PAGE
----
Aston Martin DB11 Buyers Guide

This isn’t a car I have talked much about regarding hacks from the Aston Martin brand or the Grand Tourer body style. And I am not entirely sure if I regret that or not. Maybe you can tell me your thoughts when you finish reading.

Created as a replacement for the DB9, the DB11 circulated through the production line since 2017 and just had its reign ended in 2023 with the announcement of the DB12 in May of this year.

It is offered in both a coupe and volante (convertible) variation and still boasts a proper Aston Martin design throughout the body and interior. By this, I mean absolute luxury with a hint of sportiness and edge to it as well.

Now let’s see if this car is “PJ-approved” and worthy of being added to the small list of good hackable Astons (unlike its predecessor).

Driving Experience

So there are a few variations of the DB11 floating around out there, and, obviously, which version you buy will slightly change the drive experience.

The DB11 V8 is the base model, sporting a twin-turbocharged engine giving off 503 horsepower and 498 pounds of torque, a top speed of 187mph and a 0-60 time of 4 seconds. Not a race car by any means, but precisely what it states itself to be: a grand tourer. It is fun to drive around and go cruising, but don’t roll up to a stop light with the confidence that you’ll pull away from the guy next to you in a Ferrari 488.

There is also the DB11 V12 variation that launched alongside the V8. It, too, is twin-turbo, but boasts much more impressive stats than its V8 brother. It has a power output of 600 horsepower, 516 pounds of torque, a top speed of 200mph, and a 0-60 time of 3.8 seconds. Again, you’re still not going to beat an Aventador, but this is certainly more for the driver who wants to feel true British Racing Power when he is behind the wheel.

That V12, later turned into the DB11 AMR, which is the car’s more performance and power-based variation that is tuned to be faster than the other variations of the model. Making 630 horsepower with a top speed of 208mph and a 0-60 time of 3.5 seconds. This car is discernible by its more aggressive exhaust note, black roof, dark interior trim, and 20-inch forged alloy wheels.

Aston Martin DB11 Common Problems

Given the range of production years with this particular model, you will find some units with warranty still intact with others out of warranty for quite some time.

Whether or not your potential DB11 has a warranty, ALWAYS get a PPI performed before buying.

Astons are generally reliable cars throughout their lifetime, but they can break, and when they do, it can be insanely costly.

Differential issues plague this generation of Aston Martins in general.

Another is an interior issue: the leather of the dash and even sometimes the doors can pull and create massive unsightly bubbles that are NOT cheap to fix and may require a whole leather dash replacement.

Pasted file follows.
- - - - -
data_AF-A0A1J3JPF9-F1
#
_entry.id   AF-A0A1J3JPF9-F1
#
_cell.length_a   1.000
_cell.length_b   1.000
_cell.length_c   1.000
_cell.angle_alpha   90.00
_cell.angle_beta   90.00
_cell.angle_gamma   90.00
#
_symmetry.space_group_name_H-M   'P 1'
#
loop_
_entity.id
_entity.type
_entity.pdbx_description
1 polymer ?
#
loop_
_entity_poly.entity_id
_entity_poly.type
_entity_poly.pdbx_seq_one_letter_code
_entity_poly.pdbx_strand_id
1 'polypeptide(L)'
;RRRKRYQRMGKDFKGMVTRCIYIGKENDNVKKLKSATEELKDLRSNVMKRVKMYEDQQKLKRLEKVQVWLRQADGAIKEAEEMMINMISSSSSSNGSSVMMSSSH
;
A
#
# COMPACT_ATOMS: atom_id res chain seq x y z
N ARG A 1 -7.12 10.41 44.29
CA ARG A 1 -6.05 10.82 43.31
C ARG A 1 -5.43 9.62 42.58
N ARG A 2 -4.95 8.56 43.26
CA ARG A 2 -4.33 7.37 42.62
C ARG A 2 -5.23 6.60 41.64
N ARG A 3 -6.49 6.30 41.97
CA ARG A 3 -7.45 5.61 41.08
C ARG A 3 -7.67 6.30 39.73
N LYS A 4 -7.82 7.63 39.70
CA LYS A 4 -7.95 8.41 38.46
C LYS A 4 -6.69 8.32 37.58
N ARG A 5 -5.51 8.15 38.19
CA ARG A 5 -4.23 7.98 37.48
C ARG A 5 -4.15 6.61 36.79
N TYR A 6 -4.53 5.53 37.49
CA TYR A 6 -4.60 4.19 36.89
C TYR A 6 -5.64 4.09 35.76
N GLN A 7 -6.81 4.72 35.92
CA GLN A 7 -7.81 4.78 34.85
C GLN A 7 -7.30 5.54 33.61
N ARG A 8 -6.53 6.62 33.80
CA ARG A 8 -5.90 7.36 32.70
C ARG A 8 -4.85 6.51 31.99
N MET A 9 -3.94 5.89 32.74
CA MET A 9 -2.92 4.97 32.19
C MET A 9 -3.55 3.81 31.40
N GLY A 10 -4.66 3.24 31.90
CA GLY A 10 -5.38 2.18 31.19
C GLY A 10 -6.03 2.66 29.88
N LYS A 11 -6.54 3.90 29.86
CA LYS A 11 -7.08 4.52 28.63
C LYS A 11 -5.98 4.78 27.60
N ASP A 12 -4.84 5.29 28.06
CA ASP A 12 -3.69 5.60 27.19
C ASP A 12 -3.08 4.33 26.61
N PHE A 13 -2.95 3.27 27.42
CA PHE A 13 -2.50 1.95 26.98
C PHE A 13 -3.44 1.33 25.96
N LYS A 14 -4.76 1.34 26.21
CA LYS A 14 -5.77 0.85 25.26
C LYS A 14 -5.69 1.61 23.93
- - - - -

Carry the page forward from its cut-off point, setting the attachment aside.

Electrical issues are also reported to have happened when it comes to the start-up sequence of the DB11, with some systems just refusing to turn on with the car, like air conditioning or radio/navigation. Some even reported the car refused to fire up altogether.

These issues can seem daunting, but you must remember that every car can have issues, whether it is a Honda Civic or a Bugatti Chiron. Sure, the price in replacement ranges, but do you know what also ranges? The amount of fun you have while driving.

Best Aston Martin DB11 To Buy

Between the engine trims, I would go for the V12, I like the added power and draw. Plus, it boasts a higher sticker, strengthening the depreciation curve as the car ages.

Otherwise, when it comes to options, Astons aren’t like Ferrari’s or McLaren’s in the ala carte sense that each option has to be picked one by one. In the DB11 there are very few upgradable options. This means the car comes with what it has across the board.

When it comes to the DB11, it is all about having a strong color spec. Many of these cars ended up looking very old man-ish, and that really isn’t what you want for resale. While some look like an old banker drives them, others can look artsy and elegant if done correctly. Aston has gorgeous colors and shades as well; anything in white, black, silver, red, even some blues work so long as they are paired with a strong interior that is typically in the saddle brown interior (beige is too pale and makes the car look dated), red interior, or black/gray are good options as well.

If you’re looking at a DB11 and curious if it is hot enough to consider, just ask yourself, “Would PJ pick this spec?” that will be your answer.

Conclusion

It is not a car many think about when discussing Aston Martins, especially now with the release of the V12 Vantage and the DB12. But all in all, it is a strong example of a luxurious performance rooted in grand tourer body style.

But what do you think?

Is the Aston Martin DB11 a car that you think I should talk more about and mention more when discussing hackable Astons?

Let me know in the comments below.

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